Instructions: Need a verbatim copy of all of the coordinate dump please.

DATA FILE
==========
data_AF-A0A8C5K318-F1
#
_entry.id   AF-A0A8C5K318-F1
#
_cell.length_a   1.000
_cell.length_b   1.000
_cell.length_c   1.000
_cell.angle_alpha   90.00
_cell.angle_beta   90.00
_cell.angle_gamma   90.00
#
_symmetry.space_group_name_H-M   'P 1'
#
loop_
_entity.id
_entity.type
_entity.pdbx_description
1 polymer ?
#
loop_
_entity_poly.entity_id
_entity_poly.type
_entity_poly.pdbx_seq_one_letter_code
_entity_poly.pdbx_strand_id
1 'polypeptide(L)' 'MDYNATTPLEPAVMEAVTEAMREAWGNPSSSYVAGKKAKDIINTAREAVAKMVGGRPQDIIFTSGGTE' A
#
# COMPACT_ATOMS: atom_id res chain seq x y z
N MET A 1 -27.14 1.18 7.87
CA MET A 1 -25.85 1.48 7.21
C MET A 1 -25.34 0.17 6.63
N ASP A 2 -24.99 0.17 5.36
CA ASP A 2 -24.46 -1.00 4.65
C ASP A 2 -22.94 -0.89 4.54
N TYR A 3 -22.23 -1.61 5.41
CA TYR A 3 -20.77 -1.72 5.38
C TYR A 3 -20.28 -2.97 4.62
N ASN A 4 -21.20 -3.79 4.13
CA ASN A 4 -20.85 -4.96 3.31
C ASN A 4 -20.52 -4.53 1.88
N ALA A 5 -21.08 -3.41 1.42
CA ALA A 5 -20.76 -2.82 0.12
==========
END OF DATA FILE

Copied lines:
data_AF-A0A8C5K318-F1
#
_entry.id   AF-A0A8C5K318-F1
#
_cell.length_a   1.000
_cell.length_b   1.000
_cell.length_c   1.000
_cell.angle_alpha   90.00
_cell.angle_beta   90.00
_cell.angle_gamma   90.00
#
_symmetry.space_group_name_H-M   'P 1'
#
loop_
_entity.id
_entity.type
_entity.pdbx_description
1 polymer ?
#
loop_
_entity_poly.entity_id
_entity_poly.type
_entity_poly.pdbx_seq_one_letter_code
_entity_poly.pdbx_strand_id
1 'polypeptide(L)' 'MDYNATTPLEPAVMEAVTEAMREAWGNPSSSYVAGKKAKDIINTAREAVAKMVGGRPQDIIFTSGGTE' A
#
# COMPACT_ATOMS: atom_id res chain seq x y z
N MET A 1 -27.14 1.18 7.87
CA MET A 1 -25.85 1.48 7.21
C MET A 1 -25.34 0.17 6.63
N ASP A 2 -24.99 0.17 5.36
CA ASP A 2 -24.46 -1.00 4.65
C ASP A 2 -22.94 -0.89 4.54
N TYR A 3 -22.23 -1.61 5.41
CA TYR A 3 -20.77 -1.72 5.38
C TYR A 3 -20.28 -2.97 4.62
N ASN A 4 -21.20 -3.79 4.13
CA ASN A 4 -20.85 -4.96 3.31
C ASN A 4 -20.52 -4.53 1.88
N ALA A 5 -21.08 -3.41 1.42
CA ALA A 5 -20.76 -2.82 0.12